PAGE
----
Cloister I | Pantheon | Piety hall | Madonnas cloister

Cloister I | Pantheon | Piety hall | Madonnas cloister

Scheda

These places were part of the ex-monastery and they were among the first to be reused at the beginning of the 19th century. It’s in these cloisters that are located - like in the original “Chiostro Grande”, now “Chiostro III” - the first monuments either painted or made of plaster and stucco. The actual “Chiostro I° di Ingresso“ was the one that overlooked the kitchens, meanwhile the “Sala della Pietà” (Pity’s Room) was the “Refettorio” (dining hall). The “Chiostro delle Madonne” (Madonnas’ clositer) was a fifteen-century little space which served as a meeting point between the “Sala del Capitolo” (now “Cappella della Madonna delle Assi”), the Church and the “Chiostro Grande”.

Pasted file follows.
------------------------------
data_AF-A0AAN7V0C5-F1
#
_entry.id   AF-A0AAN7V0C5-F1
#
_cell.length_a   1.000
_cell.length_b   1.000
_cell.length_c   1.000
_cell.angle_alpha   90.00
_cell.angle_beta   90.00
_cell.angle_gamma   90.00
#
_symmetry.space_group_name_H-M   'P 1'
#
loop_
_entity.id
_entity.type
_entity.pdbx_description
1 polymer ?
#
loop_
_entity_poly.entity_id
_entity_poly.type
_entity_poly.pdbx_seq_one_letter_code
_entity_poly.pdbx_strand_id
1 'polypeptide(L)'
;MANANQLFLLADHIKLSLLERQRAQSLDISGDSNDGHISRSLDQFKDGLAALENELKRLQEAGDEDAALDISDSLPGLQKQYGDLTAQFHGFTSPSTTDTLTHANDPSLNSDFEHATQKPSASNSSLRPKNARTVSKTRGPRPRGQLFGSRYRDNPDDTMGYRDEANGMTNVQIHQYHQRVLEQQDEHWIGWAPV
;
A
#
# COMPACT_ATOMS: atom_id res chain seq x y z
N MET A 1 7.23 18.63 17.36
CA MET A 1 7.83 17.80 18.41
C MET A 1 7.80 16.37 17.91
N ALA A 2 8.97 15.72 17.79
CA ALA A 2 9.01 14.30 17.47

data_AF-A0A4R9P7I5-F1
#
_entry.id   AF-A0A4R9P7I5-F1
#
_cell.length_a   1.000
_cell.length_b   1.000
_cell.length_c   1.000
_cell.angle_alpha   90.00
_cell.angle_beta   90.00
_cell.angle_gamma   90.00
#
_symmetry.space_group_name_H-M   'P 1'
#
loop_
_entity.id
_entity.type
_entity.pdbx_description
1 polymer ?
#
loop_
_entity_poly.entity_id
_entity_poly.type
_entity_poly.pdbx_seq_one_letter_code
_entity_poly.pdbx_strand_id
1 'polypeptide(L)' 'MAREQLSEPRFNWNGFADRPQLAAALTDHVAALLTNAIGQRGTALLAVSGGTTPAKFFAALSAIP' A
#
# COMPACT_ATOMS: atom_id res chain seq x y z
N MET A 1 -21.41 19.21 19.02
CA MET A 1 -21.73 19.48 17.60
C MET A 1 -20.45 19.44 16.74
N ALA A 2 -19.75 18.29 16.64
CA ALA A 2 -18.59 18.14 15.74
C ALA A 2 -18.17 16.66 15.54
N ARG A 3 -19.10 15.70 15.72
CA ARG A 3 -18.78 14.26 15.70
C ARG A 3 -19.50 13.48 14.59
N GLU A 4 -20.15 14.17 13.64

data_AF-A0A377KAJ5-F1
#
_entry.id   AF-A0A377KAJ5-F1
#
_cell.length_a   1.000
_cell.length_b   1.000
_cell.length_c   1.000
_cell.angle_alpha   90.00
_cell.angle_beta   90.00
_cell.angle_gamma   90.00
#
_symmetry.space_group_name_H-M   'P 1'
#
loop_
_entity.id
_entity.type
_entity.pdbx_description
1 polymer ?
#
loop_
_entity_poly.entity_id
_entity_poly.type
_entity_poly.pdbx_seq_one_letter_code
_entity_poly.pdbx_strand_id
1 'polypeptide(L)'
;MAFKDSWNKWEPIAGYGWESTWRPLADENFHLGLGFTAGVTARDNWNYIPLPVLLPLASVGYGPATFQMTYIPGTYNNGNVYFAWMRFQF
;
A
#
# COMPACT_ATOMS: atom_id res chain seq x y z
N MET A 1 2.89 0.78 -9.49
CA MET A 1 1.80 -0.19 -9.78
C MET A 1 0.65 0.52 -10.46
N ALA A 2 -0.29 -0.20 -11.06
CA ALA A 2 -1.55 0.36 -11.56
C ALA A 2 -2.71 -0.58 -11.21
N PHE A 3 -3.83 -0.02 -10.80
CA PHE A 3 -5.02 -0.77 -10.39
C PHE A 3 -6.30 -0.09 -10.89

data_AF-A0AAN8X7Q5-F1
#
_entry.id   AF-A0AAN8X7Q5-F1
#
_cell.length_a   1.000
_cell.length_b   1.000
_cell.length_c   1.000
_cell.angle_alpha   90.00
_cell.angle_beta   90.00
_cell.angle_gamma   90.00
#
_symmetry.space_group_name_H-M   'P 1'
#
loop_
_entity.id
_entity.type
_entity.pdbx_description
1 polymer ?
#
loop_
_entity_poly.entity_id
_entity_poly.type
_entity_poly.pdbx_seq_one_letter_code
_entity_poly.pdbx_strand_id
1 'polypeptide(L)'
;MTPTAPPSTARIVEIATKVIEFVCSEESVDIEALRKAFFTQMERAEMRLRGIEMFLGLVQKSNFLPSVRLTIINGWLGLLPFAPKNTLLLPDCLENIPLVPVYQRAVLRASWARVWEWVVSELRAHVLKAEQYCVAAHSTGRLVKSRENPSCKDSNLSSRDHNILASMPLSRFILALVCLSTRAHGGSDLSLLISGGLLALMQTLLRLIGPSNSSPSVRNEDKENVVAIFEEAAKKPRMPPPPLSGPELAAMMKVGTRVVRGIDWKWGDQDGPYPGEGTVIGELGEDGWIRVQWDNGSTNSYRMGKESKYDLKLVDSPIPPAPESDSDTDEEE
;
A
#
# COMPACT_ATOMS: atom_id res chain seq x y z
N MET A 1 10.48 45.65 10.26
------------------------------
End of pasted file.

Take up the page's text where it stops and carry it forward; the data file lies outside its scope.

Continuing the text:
The most important architectural structure in this area of the cemetery was made by Angelo Venturoli (1741-1821) in charge of building in the ex “Sala del Refettorio”, now “Sala della Pietà”, the stairs that connect the ground floor with the basement. In 1816, the architect made a little neoclassic masterpiece, all based on the purity of the oval’s volume where two stairs meet at the center, while not giving space to ornamentation. The Baldi Comi family’s memorial was also overall designed by Venturoli, with the assistance of Giovanni Putti for the sculptures and Flaminio Minozzi and Giacomo Savini for the paintings. This wonderful memorial perfectly represents Bologna’s neoclassical style, clearly distant from the one that spread in Rome and Milan. The fifteen-century “Chiostro delle Madonne” takes its name from the presence of numerous images of Virgin Mary preserved in cases. Hailing from the city churches shut down throughout the 19th century, they represent an untouched evidence of the period when Certosa was a museum, during which monuments and memories of the city, coming from streets tabernacles and religious buildings gradually demolished and abandoned, were collected. The detached frescoes date back around the 14th and 16th centuries. A punctual description of some of the holy images was printed in the 35th number of the periodical “Il Piccolo Reno”, published in Bologna in 1846. This Cloister is also called “Chiostro dell’Ossaia” (Cloister of the charnel house), as one of the first charnel houses was made here by reusing the big water tank located in the center.